781.708.4445

wmlevine@levinedisputeresolution.com

Divorce Mediation Blog

The SJC Weighs in on Self-Adjusting Alimony Orders and Recipient “Need”: Young v. Young, Part 2

Tuesday, November 07, 2017

“What are they, anyway?”

We introduce the subject that the Supreme Judicial Court (SJC) addressed in Young v. Young by examining the kinds of orders from which the case arose: variable or self-adjusting support orders. Here, we address the basics.

What are self-adjusting support orders? They are alimony orders expressed by a formula rather than a sum. The payor computes alimony periodically by applying a percentage to his or her defined income. Sometimes, different (usually declining) percentages apply to different tiers of income, and increasingly, thanks to M.G.L., ch, 208, § 53(b) (of the Alimony Reform Act (ARA) of 2011, eff. 3.1.12) the percentage(s) may apply to the parties’ income differential.

Think: Client A pays Client B 32.5% of the difference between the two parties’ gross pre-tax employment income each year, as received, and subject to a periodic true up after sharing of agreed income verification.

Who makes self-adjusting orders? Most often, self-adjusting alimony orders are a creature of agreement. A judge then approves and incorporates the agreement in its judgment, making the self-adjusting features court orders. For reasons discussed in previous and subsequent blog entries, judges rarely initiate such orders, being limited to doing so only in “special circumstances”, which Massachusetts caselaw has thus far identified only two: where an alimony recipient lives on another continent during high inflation times, which may justify an automatic cost-of-living provision; and one in which the payor was ill at the time of divorce, with resulting depressed earnings, but the court expected return of his historic income when his health recovered. We will discuss this standard more fully in a later blog entry.

Who uses self-adjusting orders? Most parties adopt this approach because the alimony payor’s income is subject to significant fluctuation, sometimes on the upside (think: bonuses or commissions) and sometimes up or down (think: profits). It protects the payor from having to pay alimony on income that he or she does not actually receive (downside risk protection), and the recipient is compensated by sharing when income is higher (upside benefit sharing). It echoes the way an intact couple live, economically.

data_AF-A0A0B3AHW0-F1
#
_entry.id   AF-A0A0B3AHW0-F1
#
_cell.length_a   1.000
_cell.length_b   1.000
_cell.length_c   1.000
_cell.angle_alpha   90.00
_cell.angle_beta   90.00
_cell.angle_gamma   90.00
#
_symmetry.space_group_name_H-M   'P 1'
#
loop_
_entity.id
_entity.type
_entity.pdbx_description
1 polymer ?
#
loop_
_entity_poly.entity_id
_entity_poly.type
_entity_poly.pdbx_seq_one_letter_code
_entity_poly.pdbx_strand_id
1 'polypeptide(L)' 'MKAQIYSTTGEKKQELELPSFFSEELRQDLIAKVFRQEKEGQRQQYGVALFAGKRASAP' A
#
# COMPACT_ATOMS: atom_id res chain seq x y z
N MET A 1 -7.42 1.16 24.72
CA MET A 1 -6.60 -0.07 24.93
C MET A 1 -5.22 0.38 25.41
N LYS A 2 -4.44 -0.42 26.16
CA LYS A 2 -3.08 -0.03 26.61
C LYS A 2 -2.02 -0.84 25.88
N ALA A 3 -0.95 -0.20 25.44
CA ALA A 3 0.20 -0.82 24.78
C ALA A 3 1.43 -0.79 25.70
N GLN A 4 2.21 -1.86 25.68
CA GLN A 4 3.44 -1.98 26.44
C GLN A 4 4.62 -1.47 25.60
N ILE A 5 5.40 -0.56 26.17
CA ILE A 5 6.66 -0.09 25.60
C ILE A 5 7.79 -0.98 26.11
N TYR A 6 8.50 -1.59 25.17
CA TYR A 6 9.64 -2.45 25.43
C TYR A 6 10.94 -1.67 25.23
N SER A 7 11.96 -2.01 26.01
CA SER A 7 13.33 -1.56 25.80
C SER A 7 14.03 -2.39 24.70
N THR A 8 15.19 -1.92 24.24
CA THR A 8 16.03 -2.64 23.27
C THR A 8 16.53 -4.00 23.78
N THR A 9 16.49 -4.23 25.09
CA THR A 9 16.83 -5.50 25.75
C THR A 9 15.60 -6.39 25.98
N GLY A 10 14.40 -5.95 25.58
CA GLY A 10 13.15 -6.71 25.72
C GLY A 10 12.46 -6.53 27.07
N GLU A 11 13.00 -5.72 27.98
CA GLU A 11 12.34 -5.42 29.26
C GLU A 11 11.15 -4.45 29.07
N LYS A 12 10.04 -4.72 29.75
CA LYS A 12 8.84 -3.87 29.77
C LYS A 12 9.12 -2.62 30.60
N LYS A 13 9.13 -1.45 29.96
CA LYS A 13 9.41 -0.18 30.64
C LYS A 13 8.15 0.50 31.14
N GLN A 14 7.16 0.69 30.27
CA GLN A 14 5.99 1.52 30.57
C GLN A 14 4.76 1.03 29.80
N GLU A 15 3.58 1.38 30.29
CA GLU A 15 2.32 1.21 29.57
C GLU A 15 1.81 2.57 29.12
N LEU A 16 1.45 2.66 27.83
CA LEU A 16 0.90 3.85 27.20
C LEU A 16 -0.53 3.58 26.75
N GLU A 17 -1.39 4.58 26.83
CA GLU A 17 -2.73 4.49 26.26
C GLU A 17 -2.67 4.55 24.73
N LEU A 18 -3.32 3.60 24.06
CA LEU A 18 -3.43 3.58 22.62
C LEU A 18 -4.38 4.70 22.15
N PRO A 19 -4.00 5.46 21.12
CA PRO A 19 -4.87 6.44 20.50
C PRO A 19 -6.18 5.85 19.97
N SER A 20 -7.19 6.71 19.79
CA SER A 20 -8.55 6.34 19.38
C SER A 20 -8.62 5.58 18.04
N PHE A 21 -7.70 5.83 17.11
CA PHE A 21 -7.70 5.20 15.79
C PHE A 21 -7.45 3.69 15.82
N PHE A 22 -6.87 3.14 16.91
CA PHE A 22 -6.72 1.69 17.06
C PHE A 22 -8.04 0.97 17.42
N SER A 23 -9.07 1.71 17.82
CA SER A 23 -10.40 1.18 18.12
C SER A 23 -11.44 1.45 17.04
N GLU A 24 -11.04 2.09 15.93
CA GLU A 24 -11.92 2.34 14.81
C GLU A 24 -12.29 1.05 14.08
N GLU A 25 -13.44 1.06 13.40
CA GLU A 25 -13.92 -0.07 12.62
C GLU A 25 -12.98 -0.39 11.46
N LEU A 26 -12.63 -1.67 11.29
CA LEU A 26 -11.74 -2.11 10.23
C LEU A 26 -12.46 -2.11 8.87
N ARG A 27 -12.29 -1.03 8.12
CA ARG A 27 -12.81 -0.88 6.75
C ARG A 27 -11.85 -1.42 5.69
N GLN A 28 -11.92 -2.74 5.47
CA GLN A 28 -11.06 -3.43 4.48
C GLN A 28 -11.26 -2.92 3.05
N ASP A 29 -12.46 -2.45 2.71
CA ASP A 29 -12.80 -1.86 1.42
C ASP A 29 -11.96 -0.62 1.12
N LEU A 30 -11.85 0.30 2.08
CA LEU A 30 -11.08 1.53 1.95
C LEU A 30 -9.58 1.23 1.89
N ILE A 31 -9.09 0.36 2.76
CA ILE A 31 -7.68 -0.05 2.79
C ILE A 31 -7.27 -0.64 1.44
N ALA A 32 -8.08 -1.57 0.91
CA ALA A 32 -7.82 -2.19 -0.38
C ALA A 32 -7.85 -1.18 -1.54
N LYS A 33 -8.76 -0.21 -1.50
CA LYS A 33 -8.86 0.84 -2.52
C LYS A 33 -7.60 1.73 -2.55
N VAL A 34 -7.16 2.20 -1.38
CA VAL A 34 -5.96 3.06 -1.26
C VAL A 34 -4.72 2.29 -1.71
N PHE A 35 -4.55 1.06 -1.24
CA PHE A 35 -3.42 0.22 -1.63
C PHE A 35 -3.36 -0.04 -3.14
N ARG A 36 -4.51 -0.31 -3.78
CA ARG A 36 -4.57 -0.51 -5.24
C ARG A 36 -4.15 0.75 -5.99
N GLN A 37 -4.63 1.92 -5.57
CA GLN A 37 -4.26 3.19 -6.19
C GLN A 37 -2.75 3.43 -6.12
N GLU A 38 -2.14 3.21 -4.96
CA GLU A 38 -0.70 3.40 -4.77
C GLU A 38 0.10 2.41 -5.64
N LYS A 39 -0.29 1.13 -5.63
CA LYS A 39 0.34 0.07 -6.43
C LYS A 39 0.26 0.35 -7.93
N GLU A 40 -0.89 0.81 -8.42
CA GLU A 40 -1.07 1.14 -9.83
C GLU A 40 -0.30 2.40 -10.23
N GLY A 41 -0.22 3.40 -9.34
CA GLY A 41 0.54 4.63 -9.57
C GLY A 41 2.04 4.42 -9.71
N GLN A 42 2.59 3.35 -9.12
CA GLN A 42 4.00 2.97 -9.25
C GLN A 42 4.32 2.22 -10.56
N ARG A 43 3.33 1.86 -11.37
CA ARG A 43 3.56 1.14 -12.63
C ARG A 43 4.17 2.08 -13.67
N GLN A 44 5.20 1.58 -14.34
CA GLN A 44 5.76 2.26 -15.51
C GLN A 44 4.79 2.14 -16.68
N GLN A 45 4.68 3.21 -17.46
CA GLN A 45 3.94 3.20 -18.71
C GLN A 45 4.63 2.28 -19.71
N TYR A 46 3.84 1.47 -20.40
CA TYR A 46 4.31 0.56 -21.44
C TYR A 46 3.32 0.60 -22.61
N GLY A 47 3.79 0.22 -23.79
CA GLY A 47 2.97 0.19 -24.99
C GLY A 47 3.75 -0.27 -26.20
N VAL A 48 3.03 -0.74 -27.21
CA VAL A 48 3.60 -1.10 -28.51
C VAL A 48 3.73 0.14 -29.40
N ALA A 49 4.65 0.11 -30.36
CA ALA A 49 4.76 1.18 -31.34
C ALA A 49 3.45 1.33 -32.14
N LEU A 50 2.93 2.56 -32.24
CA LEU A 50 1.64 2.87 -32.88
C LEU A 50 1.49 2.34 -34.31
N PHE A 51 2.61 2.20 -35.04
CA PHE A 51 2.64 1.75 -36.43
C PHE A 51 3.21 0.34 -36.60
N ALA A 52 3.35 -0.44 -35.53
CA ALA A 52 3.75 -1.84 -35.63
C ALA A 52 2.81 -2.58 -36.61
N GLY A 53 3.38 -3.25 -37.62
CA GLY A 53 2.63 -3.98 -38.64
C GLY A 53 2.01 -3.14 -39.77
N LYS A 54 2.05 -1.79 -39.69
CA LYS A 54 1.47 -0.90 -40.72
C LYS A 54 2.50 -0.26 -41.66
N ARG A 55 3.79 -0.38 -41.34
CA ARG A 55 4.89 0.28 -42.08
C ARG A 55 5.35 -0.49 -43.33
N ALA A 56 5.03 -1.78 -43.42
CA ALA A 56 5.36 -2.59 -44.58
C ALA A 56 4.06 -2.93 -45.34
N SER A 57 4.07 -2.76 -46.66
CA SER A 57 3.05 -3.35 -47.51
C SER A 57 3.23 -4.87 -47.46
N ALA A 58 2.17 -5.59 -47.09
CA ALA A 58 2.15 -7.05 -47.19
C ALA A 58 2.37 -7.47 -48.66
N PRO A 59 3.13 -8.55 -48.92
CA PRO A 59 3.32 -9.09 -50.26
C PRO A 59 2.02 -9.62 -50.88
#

Why don’t courts initiate many self-adjusting orders? The general answer is that self-adjusting orders “feel” like a violation of “due process” rights because they change the amount of support without the right to a court hearing for the purpose of showing current facts and circumstances that might mitigate against the change. The more precise reason is that case law discourages it. Young v. Young will likely reinforce the reticence of cautious judges; but we will suggest later that this ought not necessarily be the case.

In the next blog entry, we will begin to discuss the analysis that the SJC used in Young, and the standards suggested by it and earlier law.



Get e-mail notifications of new blog posts! Enter email address below.:



Delivered by FeedBurner

other articles


recent posts


tags

arbitration family and probate law disputes support orders alimony Baseball Arbitration Massachusetts divorce mediators Massachusetts Alimony Reform Act conciliation divorce mediators Massachusetts lawyers arbitrators divorce lawyers alimony orders med-arb MLB labor agreement family law arbitrator mediations pre-ARA alimony Obamacare Major League Baseball Arbitration how baseball arbitration works health insurance Same Sex Marriage Levine Dispute Resolutions Levine Dispute Resolution Center LLC Uniform Arbitration Act Levine Dispute Resolution Center lawyer mediator Levine Dispute Resolution family mediation mediators Cohabitation divorce litigation high-risk methodology private dispute resolution special master COLA divorce arbitration The Seven Sins of Alimony IRC §2704 Chouteau Levine divorce judgment divorce arbitrators DOMA Massachusetts General term alimony Massachusetts alimony and child support Massachusetts alimony med/arb divorce agreement Matrimonial Arbitration resolve disputes fraud Defense of Marriage Act Massachusetts Lawyers Weekly alimony law separation divorce and family law mediators mediation divorce mediations lawyers divorce and family law Alimony Reform Act Family Law Arbitration self-adjusting alimony Act Reforming Alimony in the Commonwealth rehabilitative alimony Self-adjusting alimony orders family law health coverage family law arbitrators dispute resolution Child Support Guidelines Boston litigation divorced facilitated negotiations traditional negotiations annulment divorce arbitrator lawyer-attended mediation divorce mediator arbitrator family support family law mediation disputes alimony statute divorce process SJC divorce mediation Divorce Agreements Baseball Players LDRC Divorce Baseball Massachusetts divorce lawyers alimony reform legislation child support medical benefits